If you feel a little lighter in the wallet, there’s good reason.
Last month was the most expensive January on record for gas prices, and experts say there’s no end in sight as fuel prices likely will push toward $4 a gallon by spring.
Last week, the current national average is $3.48 a gallon for regular grade gas. In New Jersey, that average is slightly lower at $3.42. In Toms River this week, prices are ranging from $3.38 to $3.45.
Prices have been on the rise since late November and have steadily climbed through January, bucking longtime trends and defying conventional logic that pairs historically low demand with lower prices, according to Tom Kloza, chief oil analyst at the Oil Price Information Service.
“It’s a little bit unusual,” Kloza said. “Demand stinks traditionally in January and all the data indicates that it stinks to high heaven this year.”
The oil price service, which provides the Automobile Association of America and other major organizations with the national average gas price information, is based on Route 138 in Wall Township.
Nationally, the average price in January for a gallon of regular-grade gas was $3.37. Last year, it was about $3.10. In 2010, $2.71, according to Kloza.
The prices for regular-grade gas averaged $3.51 a gallon in 2011, the highest annual price ever, representing more than twice the price average in the first four years of the century, according to the service.
But demand is at historically low levels, Kloza said. So what’s driving the higher pump prices?
Blame demand in the rest of the world, along with some speculation and a little bit of fear, Kloza said.
“The world’s appetite for oil is still very good,” he said. “And demand is colored a little by fear Isreal may be striking out at Iran, which could cause some problems at the Straight of Hormuz.’’
Iran has threatened to cut off access to the Straight of Hormuz, a narrow sea passage between the Gulf of Oman and the Persian Gulf and a major pathway for oil destined for the United States.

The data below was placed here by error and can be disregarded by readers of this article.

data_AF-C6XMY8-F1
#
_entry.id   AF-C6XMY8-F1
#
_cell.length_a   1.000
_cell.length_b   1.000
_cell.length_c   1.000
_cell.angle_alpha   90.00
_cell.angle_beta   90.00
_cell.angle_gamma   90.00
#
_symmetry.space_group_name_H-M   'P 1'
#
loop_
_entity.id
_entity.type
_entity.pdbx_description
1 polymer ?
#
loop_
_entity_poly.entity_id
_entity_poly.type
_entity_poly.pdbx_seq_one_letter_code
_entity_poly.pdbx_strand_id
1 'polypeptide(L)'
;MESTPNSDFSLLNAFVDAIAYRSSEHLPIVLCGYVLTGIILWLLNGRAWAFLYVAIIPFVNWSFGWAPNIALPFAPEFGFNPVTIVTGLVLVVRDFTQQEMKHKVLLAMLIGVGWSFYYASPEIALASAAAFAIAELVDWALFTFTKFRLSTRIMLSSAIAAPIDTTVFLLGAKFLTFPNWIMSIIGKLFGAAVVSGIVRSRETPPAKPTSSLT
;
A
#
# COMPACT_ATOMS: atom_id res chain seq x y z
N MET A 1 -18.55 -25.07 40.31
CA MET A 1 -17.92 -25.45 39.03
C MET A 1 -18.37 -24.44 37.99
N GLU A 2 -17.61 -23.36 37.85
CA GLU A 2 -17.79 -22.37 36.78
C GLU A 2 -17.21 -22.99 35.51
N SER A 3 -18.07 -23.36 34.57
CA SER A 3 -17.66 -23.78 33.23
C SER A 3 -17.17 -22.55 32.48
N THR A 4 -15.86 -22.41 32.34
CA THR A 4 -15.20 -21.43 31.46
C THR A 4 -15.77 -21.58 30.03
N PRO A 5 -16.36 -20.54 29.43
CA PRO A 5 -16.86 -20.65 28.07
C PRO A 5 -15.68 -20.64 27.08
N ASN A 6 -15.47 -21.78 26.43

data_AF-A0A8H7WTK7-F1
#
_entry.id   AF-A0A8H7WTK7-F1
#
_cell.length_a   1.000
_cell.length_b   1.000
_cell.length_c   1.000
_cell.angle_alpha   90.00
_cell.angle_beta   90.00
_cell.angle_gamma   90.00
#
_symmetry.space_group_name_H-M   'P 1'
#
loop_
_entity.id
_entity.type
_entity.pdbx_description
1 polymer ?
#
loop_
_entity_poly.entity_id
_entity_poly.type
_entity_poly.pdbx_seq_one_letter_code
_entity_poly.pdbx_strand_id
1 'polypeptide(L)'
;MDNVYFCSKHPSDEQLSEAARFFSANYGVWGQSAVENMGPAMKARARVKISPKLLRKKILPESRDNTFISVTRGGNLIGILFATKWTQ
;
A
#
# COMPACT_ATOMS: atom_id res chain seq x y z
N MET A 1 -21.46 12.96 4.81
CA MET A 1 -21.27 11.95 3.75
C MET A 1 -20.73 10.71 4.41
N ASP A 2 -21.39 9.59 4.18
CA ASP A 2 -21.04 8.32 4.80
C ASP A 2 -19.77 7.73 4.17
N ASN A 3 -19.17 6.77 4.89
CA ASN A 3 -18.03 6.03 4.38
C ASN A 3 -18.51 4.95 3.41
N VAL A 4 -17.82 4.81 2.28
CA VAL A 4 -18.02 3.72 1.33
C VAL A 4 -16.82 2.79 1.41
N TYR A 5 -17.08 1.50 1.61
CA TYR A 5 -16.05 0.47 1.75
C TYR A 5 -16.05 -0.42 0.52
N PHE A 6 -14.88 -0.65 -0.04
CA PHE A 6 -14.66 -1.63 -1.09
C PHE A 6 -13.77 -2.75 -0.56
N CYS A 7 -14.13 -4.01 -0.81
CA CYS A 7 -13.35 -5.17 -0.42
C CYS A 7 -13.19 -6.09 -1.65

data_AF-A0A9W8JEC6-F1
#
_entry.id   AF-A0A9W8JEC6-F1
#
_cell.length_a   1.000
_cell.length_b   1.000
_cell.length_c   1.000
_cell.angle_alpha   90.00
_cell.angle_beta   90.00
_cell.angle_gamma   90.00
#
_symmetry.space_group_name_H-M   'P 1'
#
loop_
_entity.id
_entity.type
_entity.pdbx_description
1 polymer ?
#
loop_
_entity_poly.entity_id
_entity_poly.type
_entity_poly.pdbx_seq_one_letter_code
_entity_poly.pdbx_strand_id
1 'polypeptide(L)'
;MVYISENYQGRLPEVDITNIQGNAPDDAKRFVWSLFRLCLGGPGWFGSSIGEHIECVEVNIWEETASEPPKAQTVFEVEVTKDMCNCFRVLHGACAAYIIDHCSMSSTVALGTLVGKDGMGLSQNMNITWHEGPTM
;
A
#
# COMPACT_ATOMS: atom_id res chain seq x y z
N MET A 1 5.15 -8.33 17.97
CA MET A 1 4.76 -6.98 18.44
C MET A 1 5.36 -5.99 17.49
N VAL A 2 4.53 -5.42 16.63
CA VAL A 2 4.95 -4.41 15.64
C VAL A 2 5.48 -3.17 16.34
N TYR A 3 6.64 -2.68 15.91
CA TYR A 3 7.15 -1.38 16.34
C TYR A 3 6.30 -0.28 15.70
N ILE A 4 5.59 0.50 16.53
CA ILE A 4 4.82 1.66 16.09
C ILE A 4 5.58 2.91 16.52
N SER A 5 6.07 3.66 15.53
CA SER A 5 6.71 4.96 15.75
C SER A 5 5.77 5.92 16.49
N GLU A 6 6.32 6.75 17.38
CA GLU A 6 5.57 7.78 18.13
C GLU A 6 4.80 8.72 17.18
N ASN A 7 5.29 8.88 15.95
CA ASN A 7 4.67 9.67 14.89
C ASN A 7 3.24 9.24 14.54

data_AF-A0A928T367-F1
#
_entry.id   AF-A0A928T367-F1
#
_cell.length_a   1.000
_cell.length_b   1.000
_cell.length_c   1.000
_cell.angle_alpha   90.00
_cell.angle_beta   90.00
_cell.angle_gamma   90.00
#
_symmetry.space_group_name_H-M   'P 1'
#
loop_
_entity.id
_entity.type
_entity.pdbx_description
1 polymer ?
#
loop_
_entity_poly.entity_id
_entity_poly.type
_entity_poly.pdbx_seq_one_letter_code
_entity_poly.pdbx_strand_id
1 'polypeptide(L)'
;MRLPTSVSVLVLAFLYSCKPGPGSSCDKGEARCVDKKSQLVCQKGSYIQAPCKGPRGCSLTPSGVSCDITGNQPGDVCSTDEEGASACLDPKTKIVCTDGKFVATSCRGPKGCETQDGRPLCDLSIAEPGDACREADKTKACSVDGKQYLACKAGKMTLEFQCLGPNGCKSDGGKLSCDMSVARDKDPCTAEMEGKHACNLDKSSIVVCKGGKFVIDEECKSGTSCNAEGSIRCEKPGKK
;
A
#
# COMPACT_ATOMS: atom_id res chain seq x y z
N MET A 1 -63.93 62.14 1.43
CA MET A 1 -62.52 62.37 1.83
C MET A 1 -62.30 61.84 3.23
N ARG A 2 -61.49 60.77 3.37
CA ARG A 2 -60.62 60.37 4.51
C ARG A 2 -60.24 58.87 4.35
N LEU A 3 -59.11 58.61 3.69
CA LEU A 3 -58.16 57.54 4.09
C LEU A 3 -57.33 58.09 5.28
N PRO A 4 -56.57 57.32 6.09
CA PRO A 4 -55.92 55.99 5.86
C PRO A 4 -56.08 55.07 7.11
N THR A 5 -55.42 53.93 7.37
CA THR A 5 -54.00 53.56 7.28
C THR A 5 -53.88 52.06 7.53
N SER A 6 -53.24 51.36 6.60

“When gas prices are above $4, it has a huge impact on consumer confidence,’’ Kloza said. “I think $3.75 to $4.25 to be a logical peaking spot for the spike, and I emphasize spike.’’
Drivers should expect to see prices to fall once that high mark is reached, Kloza said.
And while New Jersey drivers typically pay less at the pump than their Midwestern counterparts, that may not be the case this summer, Kloza said.
The Northeast is considered a “hot spot’’ for gas prices this coming season, he said, as refineries that normally provide gas to the region close. Two on the Delaware River are slated to close, along with one in the Virgin Islands. Couple that with several key refineries in Europe and the northeast U.S. may be looking at higher gas prices than normal, Kloza said.
“Gas will be cheaper in the center of the country,” Kloza said. “Significantly cheaper prices than we see on the coast.”
2000-2011 Annual U.S. Gasoline Averages*
- 2000 -- $1.5008 gal
- 2001 -- $1.4397 gal
- 2002 -- $1.3497 gal
- 2003 -- $1.5587 gal
- 2004 -- $1.8427 gal
- 2005 -- $2.2654 gal
- 2006 -- $2.5667 gal
- 2007 -- $2.7892 gal
- 2008 -- $3.2512 gal
- 2009 -- $2.3481 gal
- 2010 -- $2.7819 gal
- 2011 -- $3.5104 gal
*Source: Oil Price Information Service